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Tenancy Agreements: The Role of the Letting Agent

By: Tracy Wilkinson - Updated: 4 Oct 2012 | comments*Discuss
 
Tenancy Agreements Letting Agents

When it comes to renting a property, one of the big questions to ask yourself is should you rent from a private landlord or go via an estate/letting agent?

Renting From a Private Landlord

Private landlords are not bound to sign up to a code of practice or to any professional body that regulates letting agents, and this means that you could end up in difficulty if your landlord isn't someone trustworthy.

If you do find one that you feel is trustworthy, then you might have struck gold. The arrangement you have with them might be more flexible than anything you sign with a letting agent: for example if you have a good relationship with your landlord and you want to get a pet, or decorate some of the rooms, then you may find that they will be happy to let you - whereas with a letting agent you'll just be told no if that is what the contract says.

In terms of costs, renting from a private landlord can work out cheaper for the renter than letting through an agent because they can rent the property out directly to you - with no middleman. This means that they won't incur any charges such as those that a letting agency will charge to carry out the admin and look after the rental for them.

It's worth remembering though that there is no guarantee a landlord will pass this saving onto you, so do some research first on other rental prices in the area and don't assume you'll get a better deal just by going with a private landlord - they may just charge you the same rate as a letting agent and pocket the lot instead!

Renting from a Letting Agent

If you want to rent a property through a letting agent, ring around and leave your details with all letting agents local to the area you wish to live in. Let them know what you are looking for along with your minimum requirements, your price range and any conditions you insist upon - such as needing a property with a garden, or a house that you can move into with children or with pets. Before you register, make sure the letting agent doesn’t charge you for keeping you on their ‘books’.

Most estate agents and letting agents will have websites that will have details of properties that are currently available to rent in the area you are interested in. Although some agents keep their websites bang up to the minute, you may find that quite a lot of them have properties advertised that have already been let - so don't be surprised if that happens.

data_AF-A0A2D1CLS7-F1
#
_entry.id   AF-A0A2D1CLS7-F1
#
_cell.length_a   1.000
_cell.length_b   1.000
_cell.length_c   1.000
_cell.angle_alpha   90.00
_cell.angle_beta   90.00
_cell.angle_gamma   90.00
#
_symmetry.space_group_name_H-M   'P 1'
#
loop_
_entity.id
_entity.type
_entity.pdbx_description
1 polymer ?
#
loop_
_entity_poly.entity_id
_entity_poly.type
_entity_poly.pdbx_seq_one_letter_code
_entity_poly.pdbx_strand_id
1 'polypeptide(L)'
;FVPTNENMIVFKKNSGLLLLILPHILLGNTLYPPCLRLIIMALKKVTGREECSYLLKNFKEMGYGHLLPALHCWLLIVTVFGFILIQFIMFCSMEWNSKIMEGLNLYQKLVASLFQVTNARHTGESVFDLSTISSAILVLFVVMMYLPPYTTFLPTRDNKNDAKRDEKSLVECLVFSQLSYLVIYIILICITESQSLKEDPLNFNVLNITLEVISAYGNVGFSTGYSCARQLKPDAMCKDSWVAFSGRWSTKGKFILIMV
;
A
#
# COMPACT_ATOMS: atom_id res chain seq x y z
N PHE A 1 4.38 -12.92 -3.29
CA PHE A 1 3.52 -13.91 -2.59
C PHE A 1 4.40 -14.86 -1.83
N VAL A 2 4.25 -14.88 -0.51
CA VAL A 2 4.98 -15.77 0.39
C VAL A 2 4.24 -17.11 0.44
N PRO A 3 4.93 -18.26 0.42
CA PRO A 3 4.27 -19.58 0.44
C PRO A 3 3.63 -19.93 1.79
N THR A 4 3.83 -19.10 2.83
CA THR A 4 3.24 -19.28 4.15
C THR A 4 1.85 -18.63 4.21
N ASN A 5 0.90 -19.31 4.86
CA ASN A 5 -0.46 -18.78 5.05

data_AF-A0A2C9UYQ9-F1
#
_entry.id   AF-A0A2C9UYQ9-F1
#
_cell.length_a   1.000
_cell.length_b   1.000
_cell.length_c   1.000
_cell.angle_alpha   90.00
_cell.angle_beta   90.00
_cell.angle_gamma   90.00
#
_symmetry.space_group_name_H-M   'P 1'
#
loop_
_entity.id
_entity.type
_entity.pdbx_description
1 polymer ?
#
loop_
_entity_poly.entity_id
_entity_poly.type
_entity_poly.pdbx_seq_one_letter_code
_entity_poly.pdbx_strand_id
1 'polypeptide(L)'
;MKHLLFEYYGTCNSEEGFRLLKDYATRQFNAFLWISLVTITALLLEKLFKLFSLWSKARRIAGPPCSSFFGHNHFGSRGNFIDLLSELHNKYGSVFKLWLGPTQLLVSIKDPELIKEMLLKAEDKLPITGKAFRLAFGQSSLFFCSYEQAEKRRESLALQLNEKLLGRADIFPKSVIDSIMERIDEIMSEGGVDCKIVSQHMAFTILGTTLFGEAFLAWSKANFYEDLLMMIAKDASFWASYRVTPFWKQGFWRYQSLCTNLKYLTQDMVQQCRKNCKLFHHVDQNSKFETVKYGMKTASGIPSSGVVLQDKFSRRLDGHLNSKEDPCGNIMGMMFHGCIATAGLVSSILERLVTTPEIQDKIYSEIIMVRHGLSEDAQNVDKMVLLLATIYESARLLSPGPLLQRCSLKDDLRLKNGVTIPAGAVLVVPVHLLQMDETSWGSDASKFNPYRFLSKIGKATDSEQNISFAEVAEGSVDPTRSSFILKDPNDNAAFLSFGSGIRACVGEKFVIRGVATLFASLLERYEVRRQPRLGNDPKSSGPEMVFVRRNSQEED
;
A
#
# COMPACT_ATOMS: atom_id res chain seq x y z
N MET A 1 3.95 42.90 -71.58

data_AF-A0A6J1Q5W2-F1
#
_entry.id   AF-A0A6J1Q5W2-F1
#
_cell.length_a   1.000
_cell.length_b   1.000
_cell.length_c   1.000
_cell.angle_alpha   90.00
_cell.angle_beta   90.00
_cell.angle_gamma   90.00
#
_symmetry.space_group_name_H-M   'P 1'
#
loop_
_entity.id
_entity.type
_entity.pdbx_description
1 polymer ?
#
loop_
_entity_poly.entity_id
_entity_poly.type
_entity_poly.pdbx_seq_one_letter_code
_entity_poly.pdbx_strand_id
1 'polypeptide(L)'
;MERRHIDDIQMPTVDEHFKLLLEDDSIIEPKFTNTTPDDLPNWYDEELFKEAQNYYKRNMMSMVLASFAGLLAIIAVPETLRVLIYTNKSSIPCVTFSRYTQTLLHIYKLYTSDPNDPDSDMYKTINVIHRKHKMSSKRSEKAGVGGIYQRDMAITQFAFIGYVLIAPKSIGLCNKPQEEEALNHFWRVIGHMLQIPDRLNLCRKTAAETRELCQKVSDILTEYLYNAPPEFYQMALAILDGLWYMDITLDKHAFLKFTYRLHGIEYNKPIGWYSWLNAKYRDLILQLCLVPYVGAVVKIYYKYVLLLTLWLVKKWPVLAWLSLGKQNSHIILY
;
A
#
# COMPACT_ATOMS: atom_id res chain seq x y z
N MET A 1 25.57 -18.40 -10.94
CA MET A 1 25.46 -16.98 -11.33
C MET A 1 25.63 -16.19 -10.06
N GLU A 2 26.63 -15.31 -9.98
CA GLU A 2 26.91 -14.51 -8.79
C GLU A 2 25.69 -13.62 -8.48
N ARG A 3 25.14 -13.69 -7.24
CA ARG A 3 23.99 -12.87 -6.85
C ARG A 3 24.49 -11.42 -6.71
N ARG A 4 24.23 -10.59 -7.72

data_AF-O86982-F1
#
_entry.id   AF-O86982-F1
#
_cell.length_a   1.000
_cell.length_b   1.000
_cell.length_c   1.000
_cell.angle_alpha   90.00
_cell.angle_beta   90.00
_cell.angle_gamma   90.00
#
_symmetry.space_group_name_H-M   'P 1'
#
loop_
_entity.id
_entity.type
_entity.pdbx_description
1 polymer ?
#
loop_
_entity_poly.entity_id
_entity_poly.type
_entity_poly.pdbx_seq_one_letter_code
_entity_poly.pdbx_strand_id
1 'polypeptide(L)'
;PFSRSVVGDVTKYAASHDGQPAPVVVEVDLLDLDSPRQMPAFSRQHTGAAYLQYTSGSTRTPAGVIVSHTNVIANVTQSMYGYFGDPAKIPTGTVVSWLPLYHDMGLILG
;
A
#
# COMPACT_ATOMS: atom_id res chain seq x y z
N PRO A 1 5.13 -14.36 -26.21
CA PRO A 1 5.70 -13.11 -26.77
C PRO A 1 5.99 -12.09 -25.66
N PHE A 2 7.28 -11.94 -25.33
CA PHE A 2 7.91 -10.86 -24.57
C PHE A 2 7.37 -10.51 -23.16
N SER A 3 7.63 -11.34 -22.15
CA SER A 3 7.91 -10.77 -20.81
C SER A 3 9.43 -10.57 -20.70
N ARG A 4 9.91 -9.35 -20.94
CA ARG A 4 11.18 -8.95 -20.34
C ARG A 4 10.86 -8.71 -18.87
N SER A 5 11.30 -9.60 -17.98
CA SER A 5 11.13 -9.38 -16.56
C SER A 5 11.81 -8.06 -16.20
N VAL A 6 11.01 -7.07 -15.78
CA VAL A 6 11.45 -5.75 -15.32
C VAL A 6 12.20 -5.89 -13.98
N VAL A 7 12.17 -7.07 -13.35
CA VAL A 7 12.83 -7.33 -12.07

Make a list of any that interest you, and once you've looked at any photos and descriptions that accompany the property, if you're still interested, ring the estate agent and arrange a viewing. Doing things this way can save you a lot of time viewing unsuitable properties if you look at the photographs and the description and filter out anything that isn't what you are looking for straight away.

If you've followed the first step and have left your details with local agents, make sure that you ring them every few days and check that they haven't had anything in. If you don't ring them back they may assume you've found somewhere and take your details off the file. If you are not in a huge hurry to move then once every few days or once a week is a good measure to go by, and you can make sure that you won't annoy the agent but you will make sure you are fresh in their minds should an appropriate property become available.

However if time is short and finding a place is a matter of urgency, then you should ring them every day to find out if anything new has come in. Rental properties come and go really quickly sometimes, so put yourself at the head of the pack and they’ll probably heave a sigh of relief when you find somewhere suitable!

Letting Agent Charges

Some letting agents will make a charge for checking references, writing up an inventory, providing tenancy agreements and other administration jobs. They may charge you this fee or they may charge the landlord instead, marking it as a 'finders fee'. Alternatively, they may spread the payments out and add them to your monthly rent - so as far as you know, you just make one payment and they take their cut.

Deposits

You will have to get a deposit together before you move into the property. It is an assurance against any damage that you cause, and you will have to go through and sign an inventory with a representative from the letting agent when you move into the property. Make sure you read this thoroughly and point out anything that has been missed off, making sure it is added on and initialed on both their copy and yours.

The deposit will be 'held' by the letting agent in most cases but remains the property of the person renting the property. When the tenancy ends the letting agent will go through the inventory again and once deductions have been made for any damage caused to the property then you will get the remainder back.

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